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Spokane County will be part of UW autism intervention project

Liam, 4, reacts as he plays a game matching the motions of Mollie Roy on Tuesday at the Northwest Autism Center in Spokane. Clinicians at the center work individually with children ages 2 to 5. (Tyler Tjomsland)
Liam, 4, reacts as he plays a game matching the motions of Mollie Roy on Tuesday at the Northwest Autism Center in Spokane. Clinicians at the center work individually with children ages 2 to 5. (Tyler Tjomsland)

Diagnosing autism in children early is critical to how their lives unfold, yet it rarely happens.

Most children are 4 years old before the neurological disorder is identified, according to the federal Centers for Disease Control and Prevention. Yet, a diagnosis can be made as early as 18 months.

A University of Washington project in four counties including Spokane is aimed at finding children earlier and making sure they receive specialized treatment that will help them with developmental and behavioral problems right away and throughout their lives.

“We don’t want to wait. We are losing a lot of valuable time,” said lead researcher Wendy Stone, a UW professor of psychology. “There’s a great disparity in which children are being diagnosed. For individuals from underserved or minority populations, the delays are even more significant.”

An estimated 1 in 68 children nationwide has been identified as being autistic to some degree. Characteristics of the disorder are delays in social interaction and communication, and restricted, repetitive behaviors and interests.

Autism is five times more common in boys than girls, studies show. If a mother has one child with autism, there’s a high probability she’ll have a second, said Dana Stevens, clinical director of the Northwest Autism Center.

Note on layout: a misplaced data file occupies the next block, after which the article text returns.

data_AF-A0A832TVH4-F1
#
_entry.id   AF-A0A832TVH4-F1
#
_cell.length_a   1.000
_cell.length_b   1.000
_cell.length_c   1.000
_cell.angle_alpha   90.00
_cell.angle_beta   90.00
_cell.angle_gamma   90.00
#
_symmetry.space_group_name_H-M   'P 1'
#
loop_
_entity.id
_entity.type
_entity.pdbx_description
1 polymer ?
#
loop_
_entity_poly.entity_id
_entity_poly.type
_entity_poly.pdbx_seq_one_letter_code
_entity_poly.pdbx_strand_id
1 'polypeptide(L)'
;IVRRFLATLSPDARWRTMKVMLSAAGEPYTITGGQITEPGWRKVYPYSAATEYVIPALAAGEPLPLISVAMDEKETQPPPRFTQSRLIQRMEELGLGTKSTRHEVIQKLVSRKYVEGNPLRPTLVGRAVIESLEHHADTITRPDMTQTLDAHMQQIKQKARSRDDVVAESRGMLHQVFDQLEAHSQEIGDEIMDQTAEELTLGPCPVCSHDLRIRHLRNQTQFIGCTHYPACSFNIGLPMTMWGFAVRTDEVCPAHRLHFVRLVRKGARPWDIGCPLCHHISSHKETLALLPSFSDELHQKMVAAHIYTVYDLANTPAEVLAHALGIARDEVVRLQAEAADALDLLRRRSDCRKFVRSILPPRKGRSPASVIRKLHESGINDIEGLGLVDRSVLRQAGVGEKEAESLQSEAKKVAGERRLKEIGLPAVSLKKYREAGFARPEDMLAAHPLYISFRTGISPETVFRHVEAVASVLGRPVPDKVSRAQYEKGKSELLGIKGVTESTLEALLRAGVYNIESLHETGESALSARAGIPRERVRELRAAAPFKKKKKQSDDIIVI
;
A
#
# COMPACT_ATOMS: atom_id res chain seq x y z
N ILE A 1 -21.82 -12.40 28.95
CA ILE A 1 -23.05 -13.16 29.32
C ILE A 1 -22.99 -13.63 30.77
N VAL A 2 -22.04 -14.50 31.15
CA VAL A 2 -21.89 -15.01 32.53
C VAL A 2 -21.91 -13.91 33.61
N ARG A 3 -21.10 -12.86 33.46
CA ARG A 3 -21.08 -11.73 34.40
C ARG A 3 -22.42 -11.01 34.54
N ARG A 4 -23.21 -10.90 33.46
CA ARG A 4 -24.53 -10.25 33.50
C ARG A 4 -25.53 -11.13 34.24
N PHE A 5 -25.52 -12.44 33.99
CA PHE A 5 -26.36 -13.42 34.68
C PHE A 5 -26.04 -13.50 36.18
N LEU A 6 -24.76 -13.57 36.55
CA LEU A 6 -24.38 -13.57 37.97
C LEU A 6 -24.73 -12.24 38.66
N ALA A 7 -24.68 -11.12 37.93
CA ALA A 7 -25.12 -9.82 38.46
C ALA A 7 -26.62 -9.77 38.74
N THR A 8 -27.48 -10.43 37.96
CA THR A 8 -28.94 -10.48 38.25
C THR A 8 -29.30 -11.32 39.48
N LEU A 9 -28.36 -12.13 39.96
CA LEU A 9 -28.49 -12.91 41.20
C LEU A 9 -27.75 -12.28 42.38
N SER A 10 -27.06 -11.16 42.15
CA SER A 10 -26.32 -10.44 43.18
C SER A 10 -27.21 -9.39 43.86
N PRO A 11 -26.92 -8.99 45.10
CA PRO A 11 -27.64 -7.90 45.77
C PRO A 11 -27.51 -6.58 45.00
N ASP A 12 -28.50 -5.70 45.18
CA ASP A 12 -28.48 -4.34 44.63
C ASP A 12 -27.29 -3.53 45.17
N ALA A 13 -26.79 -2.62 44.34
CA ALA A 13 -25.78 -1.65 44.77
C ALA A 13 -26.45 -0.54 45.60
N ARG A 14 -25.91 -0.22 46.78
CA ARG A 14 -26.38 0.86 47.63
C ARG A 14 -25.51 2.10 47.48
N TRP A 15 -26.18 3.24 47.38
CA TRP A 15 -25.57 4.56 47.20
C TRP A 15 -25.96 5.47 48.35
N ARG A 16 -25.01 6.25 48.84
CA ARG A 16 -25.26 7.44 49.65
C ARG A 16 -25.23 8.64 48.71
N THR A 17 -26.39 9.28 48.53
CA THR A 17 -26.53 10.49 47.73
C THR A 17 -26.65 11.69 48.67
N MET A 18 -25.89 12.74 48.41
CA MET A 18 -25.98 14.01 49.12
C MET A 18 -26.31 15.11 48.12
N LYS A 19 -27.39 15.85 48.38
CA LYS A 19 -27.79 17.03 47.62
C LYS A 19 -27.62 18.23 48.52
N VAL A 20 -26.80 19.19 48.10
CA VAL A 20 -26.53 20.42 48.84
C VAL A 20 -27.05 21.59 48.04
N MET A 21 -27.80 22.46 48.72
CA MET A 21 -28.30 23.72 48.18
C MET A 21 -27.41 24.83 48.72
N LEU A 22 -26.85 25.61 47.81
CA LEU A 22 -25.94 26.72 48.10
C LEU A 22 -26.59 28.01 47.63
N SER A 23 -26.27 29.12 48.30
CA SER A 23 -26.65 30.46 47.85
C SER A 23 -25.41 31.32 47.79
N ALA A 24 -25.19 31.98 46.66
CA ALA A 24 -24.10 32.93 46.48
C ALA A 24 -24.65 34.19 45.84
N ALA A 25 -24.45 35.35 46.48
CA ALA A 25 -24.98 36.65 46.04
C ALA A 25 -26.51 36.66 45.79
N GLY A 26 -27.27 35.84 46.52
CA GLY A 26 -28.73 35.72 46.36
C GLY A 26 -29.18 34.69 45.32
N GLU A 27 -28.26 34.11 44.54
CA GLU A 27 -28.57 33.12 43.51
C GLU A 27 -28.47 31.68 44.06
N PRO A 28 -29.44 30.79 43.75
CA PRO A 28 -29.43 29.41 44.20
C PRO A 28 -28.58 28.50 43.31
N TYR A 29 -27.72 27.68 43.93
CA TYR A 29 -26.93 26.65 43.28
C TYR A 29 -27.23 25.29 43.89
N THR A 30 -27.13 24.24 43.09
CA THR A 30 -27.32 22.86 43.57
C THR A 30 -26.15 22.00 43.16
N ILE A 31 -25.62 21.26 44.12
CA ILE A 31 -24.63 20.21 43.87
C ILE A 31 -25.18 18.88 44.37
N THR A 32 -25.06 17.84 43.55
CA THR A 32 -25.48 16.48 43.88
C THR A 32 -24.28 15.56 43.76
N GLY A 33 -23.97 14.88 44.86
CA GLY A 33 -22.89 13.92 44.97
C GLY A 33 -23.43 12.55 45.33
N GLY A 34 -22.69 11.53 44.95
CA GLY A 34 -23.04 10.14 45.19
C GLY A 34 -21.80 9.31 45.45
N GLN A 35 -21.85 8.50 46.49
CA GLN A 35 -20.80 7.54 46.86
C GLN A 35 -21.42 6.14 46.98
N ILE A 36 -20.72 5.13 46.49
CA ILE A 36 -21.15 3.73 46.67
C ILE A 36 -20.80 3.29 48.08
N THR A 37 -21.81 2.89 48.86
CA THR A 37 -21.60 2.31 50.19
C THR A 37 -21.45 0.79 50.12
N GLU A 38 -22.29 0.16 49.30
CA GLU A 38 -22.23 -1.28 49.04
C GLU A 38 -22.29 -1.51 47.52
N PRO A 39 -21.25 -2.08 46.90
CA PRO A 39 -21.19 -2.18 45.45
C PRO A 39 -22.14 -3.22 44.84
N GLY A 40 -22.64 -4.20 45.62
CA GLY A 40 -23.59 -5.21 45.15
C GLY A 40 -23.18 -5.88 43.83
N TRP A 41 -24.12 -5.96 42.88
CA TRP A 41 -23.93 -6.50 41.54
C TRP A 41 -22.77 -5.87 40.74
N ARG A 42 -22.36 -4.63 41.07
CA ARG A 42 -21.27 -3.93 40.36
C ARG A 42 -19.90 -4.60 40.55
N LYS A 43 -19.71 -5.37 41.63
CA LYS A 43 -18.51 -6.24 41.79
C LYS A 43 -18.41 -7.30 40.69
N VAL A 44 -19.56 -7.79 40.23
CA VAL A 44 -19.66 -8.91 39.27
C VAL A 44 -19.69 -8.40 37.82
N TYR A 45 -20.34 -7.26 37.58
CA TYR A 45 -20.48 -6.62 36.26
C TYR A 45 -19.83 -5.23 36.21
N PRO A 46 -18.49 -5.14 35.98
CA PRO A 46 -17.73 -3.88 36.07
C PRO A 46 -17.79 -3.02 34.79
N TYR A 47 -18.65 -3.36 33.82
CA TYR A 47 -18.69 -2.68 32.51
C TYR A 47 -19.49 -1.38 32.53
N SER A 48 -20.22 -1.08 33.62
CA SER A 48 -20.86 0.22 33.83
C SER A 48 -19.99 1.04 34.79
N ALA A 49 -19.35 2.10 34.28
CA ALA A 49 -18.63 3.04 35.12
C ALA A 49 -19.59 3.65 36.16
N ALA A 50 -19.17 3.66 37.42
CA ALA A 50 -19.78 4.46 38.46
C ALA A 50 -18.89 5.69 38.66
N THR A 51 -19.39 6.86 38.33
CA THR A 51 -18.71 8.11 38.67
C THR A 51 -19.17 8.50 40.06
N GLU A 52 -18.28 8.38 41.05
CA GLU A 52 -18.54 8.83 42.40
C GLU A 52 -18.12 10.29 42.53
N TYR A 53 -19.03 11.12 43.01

UW’s five-year, $3.9 million study is being overseen by its Research in Early Autism Detection and Intervention Lab and will begin early this spring. The university is working with partners in four counties to coordinate screening by primary care physicians and early intervention programs.

UW’s project is one of 12 funded by the National Institute of Mental Health nationwide.

“The national health care system’s approach to managing those children isn’t working,” Stone said. “We’re stuck with this model where a child needs to get a diagnosis before she or he can get specialized services, but there are such long waiting lists for a diagnosis that kids age out of the birth-to-3 system, which results in a lost opportunity.”

A UW spokeswoman said participating doctor’s offices in Spokane will be provided with computer tablets preloaded with screening questions for autism in toddlers. Parents who are taking their kids for their 18-month checkups will answer questions about specific behaviors and situations – for example, whether the child is upset by everyday noises, fails to interact, does not follow verbal directions and is not interested in playing with other children.

If a child screens positive, they’ll be referred to intervention services. One such provider in Spokane County is Northwest Autism Center, which has already agreed to participate in UW’s project.

Project leaders hope to catch more children at risk for autism through this process, even before an official diagnosis is made.

“One of the great things about the project is we can start some of the intervention sooner,” Stevens said.

There, clinicians work individually with autistic children ages 2 to 5 for 48 days. The center is booked until fall.

Stevens is also helping UW line up Spokane County doctors who will take part in the project.

“There’s no cure. There’s no blood test, and that’s why physicians need to learn to screen because it’s behaviors,” Stevens said. “We want doctors to screen as much as possible so we can intervene.”

Interventions can be as simple as an adult showing a child a slightly different way of playing with a toy, and encouraging the child to mimic it.

“It can really empower parents,” Stone said. “It builds interactions, and the parents feel so much more connected with the kids.”

The project includes training workshops for participating doctors and service providers, multiple checklists and the distribution of materials to parents. Stone realizes the effort places a lot of demands on providers, but the difference it can make in the lives of toddlers with autism could be life-changing.

“This project has important implications for health care for these kids,” Stone said.